Significance of Bladder Trabeculation in Postmenopausal Women With Severe Pelvic Organ Prolapse

Clinical and Urodynamic Assessments

Liang, Ching-Chung MD; Chang, Yao-Lung MD; Lin, Yi-Hao MD; Chang, Shuenn-Dhy MD


Menopause. 2013;20(8):813-817. 

In This Article

Abstract and Introduction


Objective: Bladder trabeculation (BT) is a secondary result of bladder outlet obstruction (BOO), which may result from severe pelvic organ prolapse (POP) and cause lower urinary tract symptoms (LUTS). This study was conducted to investigate the relationship among clinical manifestations, urodynamic findings, and BT in women with severe POP.

Methods: We reviewed the medical records of patients with stage 3 or stage 4 POP who underwent prolapse surgical operation in a tertiary hospital between 2005 and 2011. All patients received preoperative evaluations, including urodynamic studies, cystoscopy, and a structured urogynecological questionnaire. Demographics, LUTS, pelvic floor symptoms, and urodynamic findings were compared between women with BT and women without BT.

Results: Of the 308 women included, 54.9% had BT and 12.7% were diagnosed with BOO (maximal flow rate <12 mL/s; detrusor pressure at maximal flow >20 cm H2O). Mean age, prevalence of urgency, urge incontinence, voiding difficulty, detrusor overactivity, and postvoid residual greater than 100 mL were significantly higher in women with BT than in women without BT. In addition, severe BT had significantly higher prevalences of detrusor overactivity, BOO, lower maximal cystometric capacity, urge incontinence, and anterior vaginal prolapse. Logistic regression demonstrated that detrusor overactivity was the only variable associated with BT.

Conclusions: More than half of the women with severe POP have BT, which, when compared with women without BT, indicates higher incidences of LUTS, detrusor overactivity, and urinary retention. An objective evaluation of BT should become a prerequisite examination for women with severe POP who would undergo prolapse surgical operation.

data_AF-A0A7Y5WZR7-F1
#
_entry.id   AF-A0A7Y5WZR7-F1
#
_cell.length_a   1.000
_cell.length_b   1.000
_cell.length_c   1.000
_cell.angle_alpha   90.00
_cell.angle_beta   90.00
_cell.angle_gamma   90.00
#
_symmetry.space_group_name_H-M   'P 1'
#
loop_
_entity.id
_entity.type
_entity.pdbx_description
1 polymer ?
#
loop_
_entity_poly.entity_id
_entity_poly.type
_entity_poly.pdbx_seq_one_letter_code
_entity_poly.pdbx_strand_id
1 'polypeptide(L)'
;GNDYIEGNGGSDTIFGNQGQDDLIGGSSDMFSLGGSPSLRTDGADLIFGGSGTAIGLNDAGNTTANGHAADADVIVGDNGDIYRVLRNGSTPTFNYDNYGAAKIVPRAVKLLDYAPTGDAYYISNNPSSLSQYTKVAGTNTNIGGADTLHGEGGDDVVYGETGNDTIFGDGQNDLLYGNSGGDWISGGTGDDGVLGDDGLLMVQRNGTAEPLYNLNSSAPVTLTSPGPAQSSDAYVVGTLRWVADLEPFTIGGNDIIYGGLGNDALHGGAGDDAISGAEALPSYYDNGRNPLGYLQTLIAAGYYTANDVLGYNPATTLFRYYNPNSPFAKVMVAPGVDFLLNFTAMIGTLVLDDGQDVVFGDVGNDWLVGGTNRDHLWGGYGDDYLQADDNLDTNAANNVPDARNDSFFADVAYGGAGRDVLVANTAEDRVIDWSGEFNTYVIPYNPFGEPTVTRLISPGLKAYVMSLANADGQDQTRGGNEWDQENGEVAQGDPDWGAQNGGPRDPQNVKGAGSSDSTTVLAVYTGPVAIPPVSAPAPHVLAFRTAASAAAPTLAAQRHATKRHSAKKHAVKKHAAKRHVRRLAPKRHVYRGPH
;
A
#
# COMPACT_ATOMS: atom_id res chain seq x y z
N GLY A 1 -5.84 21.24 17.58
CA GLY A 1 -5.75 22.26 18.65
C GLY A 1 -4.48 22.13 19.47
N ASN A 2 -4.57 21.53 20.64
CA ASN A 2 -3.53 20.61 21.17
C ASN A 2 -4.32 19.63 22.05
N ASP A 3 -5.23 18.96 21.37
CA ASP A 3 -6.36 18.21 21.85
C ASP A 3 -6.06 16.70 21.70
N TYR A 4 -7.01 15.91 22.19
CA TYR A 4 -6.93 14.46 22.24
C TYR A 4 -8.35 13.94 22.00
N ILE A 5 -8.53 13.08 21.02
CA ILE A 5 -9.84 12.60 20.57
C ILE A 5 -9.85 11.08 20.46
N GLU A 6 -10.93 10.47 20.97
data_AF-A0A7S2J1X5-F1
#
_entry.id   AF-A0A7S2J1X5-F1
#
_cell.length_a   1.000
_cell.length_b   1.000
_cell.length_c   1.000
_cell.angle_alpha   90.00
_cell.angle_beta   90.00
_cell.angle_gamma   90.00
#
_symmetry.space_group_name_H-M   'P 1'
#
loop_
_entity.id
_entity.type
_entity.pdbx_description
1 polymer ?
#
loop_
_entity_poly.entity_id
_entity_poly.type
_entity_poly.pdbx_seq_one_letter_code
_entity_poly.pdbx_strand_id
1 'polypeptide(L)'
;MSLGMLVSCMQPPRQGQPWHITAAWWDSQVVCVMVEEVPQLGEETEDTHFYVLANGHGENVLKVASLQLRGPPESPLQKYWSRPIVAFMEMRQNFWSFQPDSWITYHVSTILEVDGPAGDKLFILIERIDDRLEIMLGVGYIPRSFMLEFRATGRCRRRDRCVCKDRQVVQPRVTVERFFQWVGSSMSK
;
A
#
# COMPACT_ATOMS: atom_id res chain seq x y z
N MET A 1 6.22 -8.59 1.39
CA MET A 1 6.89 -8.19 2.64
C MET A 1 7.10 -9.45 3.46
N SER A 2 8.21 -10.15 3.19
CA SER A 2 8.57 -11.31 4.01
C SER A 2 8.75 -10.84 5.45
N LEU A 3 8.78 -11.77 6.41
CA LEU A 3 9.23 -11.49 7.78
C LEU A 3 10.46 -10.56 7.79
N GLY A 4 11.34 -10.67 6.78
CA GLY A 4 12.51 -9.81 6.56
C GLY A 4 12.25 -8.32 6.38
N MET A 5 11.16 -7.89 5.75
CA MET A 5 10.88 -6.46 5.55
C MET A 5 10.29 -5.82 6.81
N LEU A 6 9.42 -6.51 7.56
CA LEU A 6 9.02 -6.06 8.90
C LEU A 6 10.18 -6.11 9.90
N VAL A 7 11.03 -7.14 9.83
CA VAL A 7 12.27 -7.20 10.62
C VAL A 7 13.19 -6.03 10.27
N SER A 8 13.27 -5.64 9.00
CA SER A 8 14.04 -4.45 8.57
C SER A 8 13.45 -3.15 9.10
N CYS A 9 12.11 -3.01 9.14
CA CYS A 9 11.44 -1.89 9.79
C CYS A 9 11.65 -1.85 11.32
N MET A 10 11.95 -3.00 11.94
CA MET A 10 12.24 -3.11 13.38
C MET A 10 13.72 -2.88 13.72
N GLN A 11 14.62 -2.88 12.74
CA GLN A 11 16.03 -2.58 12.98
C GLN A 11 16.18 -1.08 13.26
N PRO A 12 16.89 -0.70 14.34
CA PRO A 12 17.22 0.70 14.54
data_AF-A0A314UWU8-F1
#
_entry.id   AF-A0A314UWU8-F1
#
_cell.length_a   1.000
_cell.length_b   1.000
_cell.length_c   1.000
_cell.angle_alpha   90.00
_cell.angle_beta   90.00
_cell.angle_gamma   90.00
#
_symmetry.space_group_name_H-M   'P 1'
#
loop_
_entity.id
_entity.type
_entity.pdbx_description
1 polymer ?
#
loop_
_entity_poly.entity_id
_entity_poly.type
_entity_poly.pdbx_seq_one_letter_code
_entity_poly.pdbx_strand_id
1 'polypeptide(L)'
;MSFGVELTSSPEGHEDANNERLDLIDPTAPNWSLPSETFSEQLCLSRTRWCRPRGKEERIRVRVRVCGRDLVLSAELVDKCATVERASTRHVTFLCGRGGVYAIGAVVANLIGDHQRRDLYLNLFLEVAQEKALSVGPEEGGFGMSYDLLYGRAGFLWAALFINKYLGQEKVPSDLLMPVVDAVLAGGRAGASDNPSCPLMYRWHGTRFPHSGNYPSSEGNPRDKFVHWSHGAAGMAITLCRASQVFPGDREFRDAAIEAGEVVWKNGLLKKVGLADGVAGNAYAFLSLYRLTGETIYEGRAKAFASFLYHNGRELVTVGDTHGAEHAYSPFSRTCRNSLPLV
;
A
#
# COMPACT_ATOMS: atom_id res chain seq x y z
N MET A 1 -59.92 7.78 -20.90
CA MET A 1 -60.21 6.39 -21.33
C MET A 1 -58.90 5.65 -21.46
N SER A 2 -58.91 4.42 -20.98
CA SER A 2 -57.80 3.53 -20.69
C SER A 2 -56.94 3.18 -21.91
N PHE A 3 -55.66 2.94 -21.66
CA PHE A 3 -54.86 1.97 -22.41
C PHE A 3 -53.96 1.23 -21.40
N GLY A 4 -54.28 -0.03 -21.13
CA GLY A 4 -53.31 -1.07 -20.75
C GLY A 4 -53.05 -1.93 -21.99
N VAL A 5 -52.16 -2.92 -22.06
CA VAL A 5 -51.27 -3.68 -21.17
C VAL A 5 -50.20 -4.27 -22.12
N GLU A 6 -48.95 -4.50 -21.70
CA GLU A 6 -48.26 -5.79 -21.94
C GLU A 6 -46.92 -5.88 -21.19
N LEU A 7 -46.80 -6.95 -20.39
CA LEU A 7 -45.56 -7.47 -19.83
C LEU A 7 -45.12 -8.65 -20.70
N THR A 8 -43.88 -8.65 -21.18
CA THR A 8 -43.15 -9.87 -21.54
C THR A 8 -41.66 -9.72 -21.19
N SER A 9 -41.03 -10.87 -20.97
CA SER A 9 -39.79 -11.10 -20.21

Pelvic organ prolapse (POP) is a common condition that can affect a woman’s quality of life. It has been reported that as many as 11% of women in their lifetime required a single operation for POP and stress urinary incontinence.[1] Women with POP may present with a variety of lower urinary tract symptoms (LUTS), such as urinary frequency, urgency, urinary incontinence, and various forms of voiding dysfunction.[2,3] Because of distortion of the lower urinary tract, severe POP may cause urethral obstruction, impede Valsalva maneuver voiding, and mask sphincteric urinary incontinence.[4,5,6,7] As a result, women with severe POP often experience symptoms of voiding difficulty,[8,9] reduced maximal urine flow rates,[6,10] and elevated postvoid residual (PVR).[10]

Among men, hypertrophy of bladder muscle and trabeculation can develop in response to bladder outlet resistance, particularly caused by prostatic hyperplasia.[11] Previous studies reported that the presence of bladder trabeculation (BT) on radiological examination is a useful sign for the diagnosis of bladder outlet obstruction (BOO) in men.[12]

Previous anti-incontinence surgical operation and severe POP were reported as the most common etiologies of BOO among women.[13] Several studies showed that BOO is a frequent finding in women with severe POP.[8,13,14] In addition, detrusor overactivity is reported more commonly in women with severe POP,[7,8,14] but the significance of BT in women with POP is unclear. This study was conducted to investigate the relationship among clinical manifestations, urodynamic findings, and BT in women with severe POP.